The 300 km house call

go! Botswana - - GHANZI -

Leonora “Nooi” Wize

“We used to go on hunt­ing trips quite of­ten. The whole fam­ily. We’d camp in the veld, some­times for up to two weeks, sleep­ing in the open with­out tents. We’d butcher and process the meat in the veld and re­turn home with nat­u­rally air- dried biltong.”

Emang Do­bate

“Peo­ple are sur­prised to hear we have a fairly ac­tive dance cul­ture here in Ghanzi. I dance with a hip-hop group called Flat Cap. We’re re­ally dope. Other than that, I work at the Kala­hari Arms Ho­tel. I dream of one day open­ing a car wash in Ghanzi that uses hardly any wa­ter.” done be­gins. “But then it took ages to be with school.”

One of the rea­sons Wiena’s school years dur­ing the 1960s and 1970s must have seemed in­ter­minable was be­cause she was a boarder in Gob­a­bis in Namibia and she had to travel to and fro in the back of a cat­tle truck. “It was about 300 km through thick sand to school,” she says. “There were no 4x4 dou­ble cabs like to­day. We knew ex­actly where the truck would get stuck – we’d jump off while it was still mov­ing and start to push. By the time we got to Gob­a­bis we’d be cov­ered in dust and our hair would be filthy. We were known as the wild kids of Ghanzi.”

Ghanzi was a tiny set­tle­ment in those days. When Wiena ar­rived home for the hol­i­days, she saw hardly any build­ings, just Bush­man fires burn­ing at dusk. It’s no sur­prise then that many peo­ple in the area are re­lated. “I had to go to South Africa to find a hus­band, to bring in some new blood,” Neeltjie says with a laugh.

Ghanzi re­mained wild for a long time. The road be­tween Lo­batse and Ghanzi, and on to Maun, was only tarred in 2000. Be­fore then it was a sandy dirt road and you could see plenty of wildlife – even lions.

“Aero­planes were a nov­elty,” Wiena says. “When the dogs heard the sound of an aero­plane, they’d start to howl.”

Neeltjie tells the story of a Bush­man who heard a train for the first time while on a cat­tle drive to Lo­batse in the south. “He came run­ning to my fa­ther, his eyes as wide as saucers, and said, ‘Wil­lie, thou­sands of wilde­beest are com­ing this way!’”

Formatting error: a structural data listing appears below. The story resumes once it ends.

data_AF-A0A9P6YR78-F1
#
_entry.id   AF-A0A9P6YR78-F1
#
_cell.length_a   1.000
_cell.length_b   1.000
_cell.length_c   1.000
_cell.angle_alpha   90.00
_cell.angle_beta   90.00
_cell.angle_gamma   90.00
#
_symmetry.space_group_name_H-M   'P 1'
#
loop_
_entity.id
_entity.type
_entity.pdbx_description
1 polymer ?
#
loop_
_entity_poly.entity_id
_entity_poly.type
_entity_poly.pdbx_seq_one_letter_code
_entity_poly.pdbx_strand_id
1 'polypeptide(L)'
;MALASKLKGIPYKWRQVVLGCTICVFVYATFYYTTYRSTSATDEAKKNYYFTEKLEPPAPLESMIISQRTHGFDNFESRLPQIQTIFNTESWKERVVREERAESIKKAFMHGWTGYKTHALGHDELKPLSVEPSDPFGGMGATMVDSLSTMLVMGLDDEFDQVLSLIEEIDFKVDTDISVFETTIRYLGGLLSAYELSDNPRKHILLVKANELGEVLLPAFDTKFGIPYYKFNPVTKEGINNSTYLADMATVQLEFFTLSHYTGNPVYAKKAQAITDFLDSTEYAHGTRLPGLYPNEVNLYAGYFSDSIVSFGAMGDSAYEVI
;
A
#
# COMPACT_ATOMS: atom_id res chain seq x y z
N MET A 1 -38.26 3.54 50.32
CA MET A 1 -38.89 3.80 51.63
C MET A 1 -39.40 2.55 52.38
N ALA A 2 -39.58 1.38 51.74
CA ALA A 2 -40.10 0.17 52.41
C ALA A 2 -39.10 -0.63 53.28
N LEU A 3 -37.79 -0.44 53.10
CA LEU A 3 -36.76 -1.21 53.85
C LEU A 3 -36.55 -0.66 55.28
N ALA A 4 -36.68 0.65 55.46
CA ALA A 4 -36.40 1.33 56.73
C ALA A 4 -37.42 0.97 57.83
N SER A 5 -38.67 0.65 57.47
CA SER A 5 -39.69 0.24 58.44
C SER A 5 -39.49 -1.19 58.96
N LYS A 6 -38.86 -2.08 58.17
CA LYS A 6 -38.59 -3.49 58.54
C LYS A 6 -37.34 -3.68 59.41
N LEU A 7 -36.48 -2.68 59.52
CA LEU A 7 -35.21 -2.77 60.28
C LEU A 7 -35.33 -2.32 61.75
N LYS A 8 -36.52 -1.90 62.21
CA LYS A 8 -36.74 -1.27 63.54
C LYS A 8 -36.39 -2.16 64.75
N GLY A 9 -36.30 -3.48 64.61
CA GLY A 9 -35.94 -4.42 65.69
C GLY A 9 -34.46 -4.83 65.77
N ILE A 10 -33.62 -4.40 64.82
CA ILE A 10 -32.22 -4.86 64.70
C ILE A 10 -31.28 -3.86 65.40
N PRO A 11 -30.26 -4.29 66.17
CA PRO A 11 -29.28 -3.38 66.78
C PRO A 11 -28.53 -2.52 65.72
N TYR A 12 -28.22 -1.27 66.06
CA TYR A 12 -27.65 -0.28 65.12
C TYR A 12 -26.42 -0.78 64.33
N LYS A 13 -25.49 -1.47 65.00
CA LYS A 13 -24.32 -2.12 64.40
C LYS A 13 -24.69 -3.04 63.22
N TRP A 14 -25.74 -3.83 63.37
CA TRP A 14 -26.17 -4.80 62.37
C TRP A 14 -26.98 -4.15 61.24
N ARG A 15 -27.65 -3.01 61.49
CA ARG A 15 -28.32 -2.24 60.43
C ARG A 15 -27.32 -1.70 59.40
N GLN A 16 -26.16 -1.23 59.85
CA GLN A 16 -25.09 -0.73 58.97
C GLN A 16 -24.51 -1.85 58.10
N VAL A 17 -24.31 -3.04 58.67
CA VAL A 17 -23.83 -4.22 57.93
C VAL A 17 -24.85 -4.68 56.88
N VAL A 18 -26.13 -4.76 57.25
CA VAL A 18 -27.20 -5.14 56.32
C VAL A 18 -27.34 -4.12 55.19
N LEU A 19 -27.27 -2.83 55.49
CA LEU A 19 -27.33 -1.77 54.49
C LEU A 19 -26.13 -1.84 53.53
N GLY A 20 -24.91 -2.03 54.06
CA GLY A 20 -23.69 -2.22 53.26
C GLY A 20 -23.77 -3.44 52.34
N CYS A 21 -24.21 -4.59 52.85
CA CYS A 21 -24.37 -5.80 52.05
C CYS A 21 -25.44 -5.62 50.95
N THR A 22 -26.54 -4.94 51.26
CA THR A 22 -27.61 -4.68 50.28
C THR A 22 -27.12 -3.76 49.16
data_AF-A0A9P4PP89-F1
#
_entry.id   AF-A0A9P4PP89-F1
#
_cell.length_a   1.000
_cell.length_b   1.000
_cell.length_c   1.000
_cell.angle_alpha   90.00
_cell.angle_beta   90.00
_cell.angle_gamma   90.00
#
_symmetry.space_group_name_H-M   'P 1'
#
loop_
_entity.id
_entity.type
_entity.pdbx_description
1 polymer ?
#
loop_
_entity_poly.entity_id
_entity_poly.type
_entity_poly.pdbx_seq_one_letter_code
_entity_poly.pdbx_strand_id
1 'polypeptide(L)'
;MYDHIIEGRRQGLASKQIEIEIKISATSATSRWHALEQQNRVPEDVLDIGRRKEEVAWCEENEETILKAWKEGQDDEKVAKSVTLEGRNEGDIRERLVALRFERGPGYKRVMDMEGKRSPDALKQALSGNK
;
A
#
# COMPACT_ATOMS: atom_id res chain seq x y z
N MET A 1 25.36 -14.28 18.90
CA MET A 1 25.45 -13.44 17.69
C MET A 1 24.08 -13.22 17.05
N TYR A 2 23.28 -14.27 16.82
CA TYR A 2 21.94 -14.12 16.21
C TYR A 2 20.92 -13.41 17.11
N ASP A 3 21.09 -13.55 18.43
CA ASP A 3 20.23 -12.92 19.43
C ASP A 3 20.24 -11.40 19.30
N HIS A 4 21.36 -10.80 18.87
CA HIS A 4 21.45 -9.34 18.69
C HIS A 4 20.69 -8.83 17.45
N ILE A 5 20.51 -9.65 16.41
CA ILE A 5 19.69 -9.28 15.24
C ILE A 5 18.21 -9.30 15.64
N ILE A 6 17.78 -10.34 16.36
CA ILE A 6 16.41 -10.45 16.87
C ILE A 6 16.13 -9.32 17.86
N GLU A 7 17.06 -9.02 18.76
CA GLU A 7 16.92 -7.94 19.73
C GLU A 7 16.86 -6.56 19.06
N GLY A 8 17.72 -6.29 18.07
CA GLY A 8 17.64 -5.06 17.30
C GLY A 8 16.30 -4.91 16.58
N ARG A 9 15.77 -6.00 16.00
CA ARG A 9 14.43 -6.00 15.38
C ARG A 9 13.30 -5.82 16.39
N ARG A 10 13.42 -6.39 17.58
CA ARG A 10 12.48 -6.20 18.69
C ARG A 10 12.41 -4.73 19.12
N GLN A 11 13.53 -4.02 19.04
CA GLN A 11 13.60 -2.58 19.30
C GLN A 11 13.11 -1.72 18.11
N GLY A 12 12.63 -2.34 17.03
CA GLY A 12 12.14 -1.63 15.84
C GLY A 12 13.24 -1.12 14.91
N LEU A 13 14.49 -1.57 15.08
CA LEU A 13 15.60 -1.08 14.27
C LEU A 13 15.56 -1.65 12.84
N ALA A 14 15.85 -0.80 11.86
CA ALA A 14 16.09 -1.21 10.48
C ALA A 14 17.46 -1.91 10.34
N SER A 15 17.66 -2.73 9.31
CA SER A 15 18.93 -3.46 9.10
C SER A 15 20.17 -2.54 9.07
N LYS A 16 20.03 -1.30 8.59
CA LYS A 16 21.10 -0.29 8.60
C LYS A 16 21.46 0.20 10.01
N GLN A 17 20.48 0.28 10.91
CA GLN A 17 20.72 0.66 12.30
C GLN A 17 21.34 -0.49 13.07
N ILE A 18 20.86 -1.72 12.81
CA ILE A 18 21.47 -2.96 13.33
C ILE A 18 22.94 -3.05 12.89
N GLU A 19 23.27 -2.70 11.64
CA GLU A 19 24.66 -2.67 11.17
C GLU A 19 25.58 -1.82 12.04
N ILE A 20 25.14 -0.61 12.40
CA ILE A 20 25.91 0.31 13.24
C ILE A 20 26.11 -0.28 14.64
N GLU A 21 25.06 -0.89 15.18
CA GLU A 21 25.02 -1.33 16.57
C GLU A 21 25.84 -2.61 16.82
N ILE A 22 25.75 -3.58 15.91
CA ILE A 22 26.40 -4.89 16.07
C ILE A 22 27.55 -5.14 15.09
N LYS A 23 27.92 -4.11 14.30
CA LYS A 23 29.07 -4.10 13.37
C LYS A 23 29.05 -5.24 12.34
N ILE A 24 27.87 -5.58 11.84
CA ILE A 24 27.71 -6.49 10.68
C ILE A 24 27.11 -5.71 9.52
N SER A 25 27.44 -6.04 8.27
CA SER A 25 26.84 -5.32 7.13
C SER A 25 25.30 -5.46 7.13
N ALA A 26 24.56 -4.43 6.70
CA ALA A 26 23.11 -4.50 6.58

It sad­dens and an­noys long-time res­i­dents like Wiena when tourists sneer at their town. “I love this place and all the peo­ple of Ghanzi,” she says. “I en­joy trav­el­ling, but this is where I will spend my fi­nal days.” Al­ber­tus and Louise Louw live next to Ghanzi’s olive-green Dutch Re­formed Church of Botswana (DRCB). They moved to Ghanzi from leafy green Ge­orge in 2014.

“I was the min­is­ter of a con­gre­ga­tion in Ge­orge for 22 years,” Al­ber­tus says. “Louise and I wanted to see what would hap­pen if we up­rooted our­selves. The short an­swer is: Jy sien jou gat.”

Life in Ghanzi is very dif­fer­ent to life in Ge­orge, and the ad­just­ment wasn’t easy. “We ex­pe­ri­ence Botswana as res­i­dents, not as tourists,” says Al­ber­tus. “Things we used to take for granted, we have to do with­out.”

But they’ve also had some great ad­ven­tures. “We have a horse that we can keep on our prop­erty,” Al­ber­tus says.

“He was a wild horse from the Cen­tral Kala­hari,” Louise chips in. “He was run­ning with ze­bras and gi­raffes when we saw him. He’s ac­tu­ally still a lit­tle wild. The other day he bucked Al­ber­tus right off.”

There might be no of­fi­cial con­nec­tion be­tween the DRCB and the Dutch Re­formed Church in South Africa, but Al­ber­tus’s con­gre­gants still call it the NG Kerk. His ser­mons are in Afrikaans and he also makes house calls, which might en­tail a 300 km round trip on dirt roads.

“When there’s a wed­ding here, ev­ery­one is in­vited,” he says. “It’s silly to won­der whether or not you’re on the guest list.”

The Louws will re­turn to South Africa when Al­ber­tus’s con­tract ends in 2019, but they say they’ll miss Botswana. “It’s an amaz­ing ex­pe­ri­ence, to live so close to un­spoilt na­ture,” Al­ber­tus says. “We love Moremi, and the Cen­tral Kala­hari Game Re­serve… It’s re­ally wild. I don’t think we’ll ever go to the Kruger Park again.”

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